Staff Surveys as a Business Tool

Staff Surveys as a Business Tool


What questions should you ask in staff surveys?

When you think about employee surveys, what generally springs to mind are the employee satisfaction and engagement surveys which many organisations administer on a regular basis, the aim of which is to measure and understand how employees are feeling about the company and the work environment.

While the engagement survey is valuable because of its potential to make a significant impact on employee satisfaction and employee engagement if done correctly, there are many other types of employee surveys that employers can also use to gather vital feedback on important employment related topics.

Surveys can be tailored to address nearly any issue the organisation wants input on and, if handled well, the information can have a significant impact on the retention and productivity of your most important resource – your employees.

Outlined here are brief details of several different types of employee surveys covering most aspects of the employee lifecycle.

Engagement or Satisfaction Surveys

The engagement survey is the most common type of employee survey. They are often kept anonymous so employees can be frank and honest with their answers. Handled well, employee engagement/satisfaction surveys can be great tools for improving morale within an organisation. In fact, it’s generally seen that companies that encourage or engage their employees to provide ideas and suggestions have higher employee retention rates and job satisfaction.

Pulse Surveys

Regular, short surveys are called pulse checks. They are a fast and more frequent survey system, that does away with complex questions and is intentionally designed to be undertaken more often than the commonly used employee engagement survey. Pulse check surveys can be held monthly or quarterly (even weekly) and provide employers with a quick insight into the health of a company, hence the name ‘pulse’.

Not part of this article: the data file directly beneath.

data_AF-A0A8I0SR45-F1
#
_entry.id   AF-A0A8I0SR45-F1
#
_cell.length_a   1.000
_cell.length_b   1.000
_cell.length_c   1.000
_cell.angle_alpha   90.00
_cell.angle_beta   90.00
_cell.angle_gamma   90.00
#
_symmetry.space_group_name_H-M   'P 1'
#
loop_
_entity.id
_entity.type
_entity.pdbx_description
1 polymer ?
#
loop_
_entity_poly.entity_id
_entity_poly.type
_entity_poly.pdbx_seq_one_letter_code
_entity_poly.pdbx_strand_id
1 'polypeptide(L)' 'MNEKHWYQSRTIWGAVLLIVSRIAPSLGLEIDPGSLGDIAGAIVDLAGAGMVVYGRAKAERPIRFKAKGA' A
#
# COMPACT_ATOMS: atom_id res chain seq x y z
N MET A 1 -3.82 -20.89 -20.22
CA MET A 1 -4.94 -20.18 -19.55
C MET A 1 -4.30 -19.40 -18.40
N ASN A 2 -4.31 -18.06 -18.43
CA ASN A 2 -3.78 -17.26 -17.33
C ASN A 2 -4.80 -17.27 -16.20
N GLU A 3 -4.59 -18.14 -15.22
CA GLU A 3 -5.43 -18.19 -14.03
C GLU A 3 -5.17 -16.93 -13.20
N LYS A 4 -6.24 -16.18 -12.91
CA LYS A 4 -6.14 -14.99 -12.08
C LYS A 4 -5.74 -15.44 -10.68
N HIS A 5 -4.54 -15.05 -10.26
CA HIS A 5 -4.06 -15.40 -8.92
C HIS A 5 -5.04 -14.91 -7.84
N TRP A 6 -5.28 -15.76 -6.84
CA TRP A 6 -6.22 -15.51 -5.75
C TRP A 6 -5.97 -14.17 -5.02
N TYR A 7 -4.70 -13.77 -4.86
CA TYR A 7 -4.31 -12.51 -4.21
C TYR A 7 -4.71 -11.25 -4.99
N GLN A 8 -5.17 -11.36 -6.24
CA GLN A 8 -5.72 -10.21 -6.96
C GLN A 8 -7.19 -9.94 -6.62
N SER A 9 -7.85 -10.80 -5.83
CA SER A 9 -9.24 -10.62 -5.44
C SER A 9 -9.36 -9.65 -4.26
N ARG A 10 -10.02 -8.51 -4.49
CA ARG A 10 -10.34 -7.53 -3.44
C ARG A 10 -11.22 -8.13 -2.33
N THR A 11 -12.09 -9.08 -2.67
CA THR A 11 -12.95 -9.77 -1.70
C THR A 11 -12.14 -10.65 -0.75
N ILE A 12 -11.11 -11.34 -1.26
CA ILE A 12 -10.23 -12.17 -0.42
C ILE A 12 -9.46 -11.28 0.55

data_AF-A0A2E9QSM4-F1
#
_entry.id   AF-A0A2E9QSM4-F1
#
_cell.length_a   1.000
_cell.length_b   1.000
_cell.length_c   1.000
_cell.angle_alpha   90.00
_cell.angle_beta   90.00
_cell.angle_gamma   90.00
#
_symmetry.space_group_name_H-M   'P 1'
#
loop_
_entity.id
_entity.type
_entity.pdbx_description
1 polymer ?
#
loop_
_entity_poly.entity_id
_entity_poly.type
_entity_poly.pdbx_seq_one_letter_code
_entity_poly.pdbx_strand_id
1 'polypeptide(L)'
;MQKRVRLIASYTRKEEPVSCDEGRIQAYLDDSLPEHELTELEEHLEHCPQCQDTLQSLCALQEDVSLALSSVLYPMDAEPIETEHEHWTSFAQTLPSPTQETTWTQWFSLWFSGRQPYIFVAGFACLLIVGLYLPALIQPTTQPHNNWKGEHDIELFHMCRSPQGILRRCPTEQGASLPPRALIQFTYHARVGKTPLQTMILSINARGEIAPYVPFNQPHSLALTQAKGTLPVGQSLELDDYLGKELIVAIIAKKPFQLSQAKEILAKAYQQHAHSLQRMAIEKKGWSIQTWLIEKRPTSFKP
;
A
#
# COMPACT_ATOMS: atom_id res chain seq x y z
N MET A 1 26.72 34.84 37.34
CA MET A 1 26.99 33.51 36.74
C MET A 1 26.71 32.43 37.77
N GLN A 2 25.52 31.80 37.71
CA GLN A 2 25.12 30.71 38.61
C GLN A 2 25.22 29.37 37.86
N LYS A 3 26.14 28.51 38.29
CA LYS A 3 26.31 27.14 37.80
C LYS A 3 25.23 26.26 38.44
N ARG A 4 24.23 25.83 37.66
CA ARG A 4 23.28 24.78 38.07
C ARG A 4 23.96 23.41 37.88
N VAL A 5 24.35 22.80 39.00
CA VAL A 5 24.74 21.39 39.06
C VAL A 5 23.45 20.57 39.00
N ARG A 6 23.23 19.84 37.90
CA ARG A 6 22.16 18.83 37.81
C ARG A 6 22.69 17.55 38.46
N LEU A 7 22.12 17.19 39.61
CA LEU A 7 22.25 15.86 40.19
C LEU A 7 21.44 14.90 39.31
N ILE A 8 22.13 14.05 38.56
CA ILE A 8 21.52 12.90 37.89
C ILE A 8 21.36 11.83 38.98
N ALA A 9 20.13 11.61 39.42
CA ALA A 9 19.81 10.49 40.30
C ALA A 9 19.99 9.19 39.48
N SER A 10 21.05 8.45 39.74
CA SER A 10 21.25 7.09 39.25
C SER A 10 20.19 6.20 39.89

Health and Wellbeing Surveys

In these challenging times many people are working from home, or due to their work type they are not able to work at all. Therefore, checking on the health and wellbeing of your employees is essential. We recommend using the short pulse survey for this, so that you can gather feedback on their current state of mental and physical wellbeing. Example questions could be: how would you rate your wellbeing after X weeks of remote working so far; to what extent are you planning and engaging in activities to support your mental and physical wellbeing; what is helping you to successfully work from home; what additional support can we provide to help you successfully work from home; and how else can we help you at this time.

Employee Onboarding Survey

Creating a good onboarding experience for new hires is not a ‘nice-to-have’ process, it is crucial. A good onboarding survey asks new employees for their feedback on what went well, and what could have been improved. Don’t underestimate the importance of new employees feeling happy that their decision to join your company was the right one. We recommend that you take a 2-step approach to the onboarding survey with the new employee being asked to participate in short pulse type surveys in weeks one and five. Questions in the first survey are focused on the recruitment experience, their decision to choose your organisation and their initial onboarding experience. By week five when they get their second survey, they have had time to settle in and the ‘honeymoon period’ is pretty much over. They are asked to provide their thoughts about their overall induction programme, training, systems and support.

Diversity and Inclusion Strategy Survey

Building a workplace culture that prioritises belonging and inclusion is the best way to attract diverse and talented people, create a sustainable workforce, and—most importantly—make employees feel supported. Surveying employees on how they view the topics of inclusion, fairness, equity, respect, and diversity within your organisation can provide the crucial information you need to ensure you are engaging all employees. You can do this through specific pulse surveys or by incorporating pointed relevant questions in your general engagement survey. Example questions could be: All people have an opportunity to succeed in this organisation; I feel like I belong here; Senior leadership is prepared to effectively manage a culturally diverse workforce; and the people I work with treat each other with respect

360 Review and Employee Peer Evaluation Survey

A 360-degree survey is a process that solicits feedback on employee performance from several different sources: from managers, from peers, from reports, and from a self-assessment.

Exit Survey

In today’s knowledge economy, skilled employees are the asset that drives organisational success. Therefore, companies must learn from them—why they stay, why they leave, and how the organisation needs to adapt and change. A well thought out exit interview survey process can provide valuable information from departing employees, who usually feel comfortable providing frank and honest insights, which will help to improve the overall employee experience in future.